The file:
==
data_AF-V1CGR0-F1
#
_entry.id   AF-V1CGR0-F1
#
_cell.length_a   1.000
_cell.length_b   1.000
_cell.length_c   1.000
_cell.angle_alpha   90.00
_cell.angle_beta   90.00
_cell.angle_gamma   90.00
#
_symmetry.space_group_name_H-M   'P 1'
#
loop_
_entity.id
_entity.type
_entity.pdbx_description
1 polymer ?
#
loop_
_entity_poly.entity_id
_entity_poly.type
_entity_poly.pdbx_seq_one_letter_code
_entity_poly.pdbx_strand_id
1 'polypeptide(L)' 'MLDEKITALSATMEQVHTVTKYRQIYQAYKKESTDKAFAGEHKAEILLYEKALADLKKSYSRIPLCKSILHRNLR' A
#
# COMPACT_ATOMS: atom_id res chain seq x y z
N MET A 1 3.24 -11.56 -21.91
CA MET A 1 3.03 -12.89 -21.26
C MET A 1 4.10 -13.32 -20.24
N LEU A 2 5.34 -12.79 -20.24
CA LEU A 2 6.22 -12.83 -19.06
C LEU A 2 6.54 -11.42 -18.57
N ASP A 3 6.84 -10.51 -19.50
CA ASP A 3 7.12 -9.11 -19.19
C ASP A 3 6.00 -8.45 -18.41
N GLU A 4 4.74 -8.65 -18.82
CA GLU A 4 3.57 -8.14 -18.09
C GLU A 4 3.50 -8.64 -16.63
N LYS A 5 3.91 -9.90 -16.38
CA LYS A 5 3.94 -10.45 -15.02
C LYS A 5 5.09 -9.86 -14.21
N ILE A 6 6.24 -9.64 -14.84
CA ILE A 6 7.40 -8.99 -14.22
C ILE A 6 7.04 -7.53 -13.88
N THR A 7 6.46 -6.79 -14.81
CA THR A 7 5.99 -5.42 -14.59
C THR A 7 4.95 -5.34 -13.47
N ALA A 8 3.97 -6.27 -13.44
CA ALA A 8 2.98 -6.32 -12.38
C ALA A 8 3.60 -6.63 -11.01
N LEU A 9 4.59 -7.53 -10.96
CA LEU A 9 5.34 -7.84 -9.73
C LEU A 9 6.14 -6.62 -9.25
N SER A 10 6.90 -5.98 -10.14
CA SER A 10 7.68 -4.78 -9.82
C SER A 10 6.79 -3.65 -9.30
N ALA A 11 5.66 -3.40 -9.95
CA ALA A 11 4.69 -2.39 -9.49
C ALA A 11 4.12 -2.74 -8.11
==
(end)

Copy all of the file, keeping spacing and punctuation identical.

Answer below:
data_AF-V1CGR0-F1
#
_entry.id   AF-V1CGR0-F1
#
_cell.length_a   1.000
_cell.length_b   1.000
_cell.length_c   1.000
_cell.angle_alpha   90.00
_cell.angle_beta   90.00
_cell.angle_gamma   90.00
#
_symmetry.space_group_name_H-M   'P 1'
#
loop_
_entity.id
_entity.type
_entity.pdbx_description
1 polymer ?
#
loop_
_entity_poly.entity_id
_entity_poly.type
_entity_poly.pdbx_seq_one_letter_code
_entity_poly.pdbx_strand_id
1 'polypeptide(L)' 'MLDEKITALSATMEQVHTVTKYRQIYQAYKKESTDKAFAGEHKAEILLYEKALADLKKSYSRIPLCKSILHRNLR' A
#
# COMPACT_ATOMS: atom_id res chain seq x y z
N MET A 1 3.24 -11.56 -21.91
CA MET A 1 3.03 -12.89 -21.26
C MET A 1 4.10 -13.32 -20.24
N LEU A 2 5.34 -12.79 -20.24
CA LEU A 2 6.22 -12.83 -19.06
C LEU A 2 6.54 -11.42 -18.57
N ASP A 3 6.84 -10.51 -19.50
CA ASP A 3 7.12 -9.11 -19.19
C ASP A 3 6.00 -8.45 -18.41
N GLU A 4 4.74 -8.65 -18.82
CA GLU A 4 3.57 -8.14 -18.09
C GLU A 4 3.50 -8.64 -16.63
N LYS A 5 3.91 -9.90 -16.38
CA LYS A 5 3.94 -10.45 -15.02
C LYS A 5 5.09 -9.86 -14.21
N ILE A 6 6.24 -9.64 -14.84
CA ILE A 6 7.40 -8.99 -14.22
C ILE A 6 7.04 -7.53 -13.88
N THR A 7 6.46 -6.79 -14.81
CA THR A 7 5.99 -5.42 -14.59
C THR A 7 4.95 -5.34 -13.47
N ALA A 8 3.97 -6.27 -13.44
CA ALA A 8 2.98 -6.32 -12.38
C ALA A 8 3.60 -6.63 -11.01
N LEU A 9 4.59 -7.53 -10.96
CA LEU A 9 5.34 -7.84 -9.73
C LEU A 9 6.14 -6.62 -9.25
N SER A 10 6.90 -5.98 -10.14
CA SER A 10 7.68 -4.78 -9.82
C SER A 10 6.79 -3.65 -9.30
N ALA A 11 5.66 -3.40 -9.95
CA ALA A 11 4.69 -2.39 -9.49
C ALA A 11 4.12 -2.74 -8.11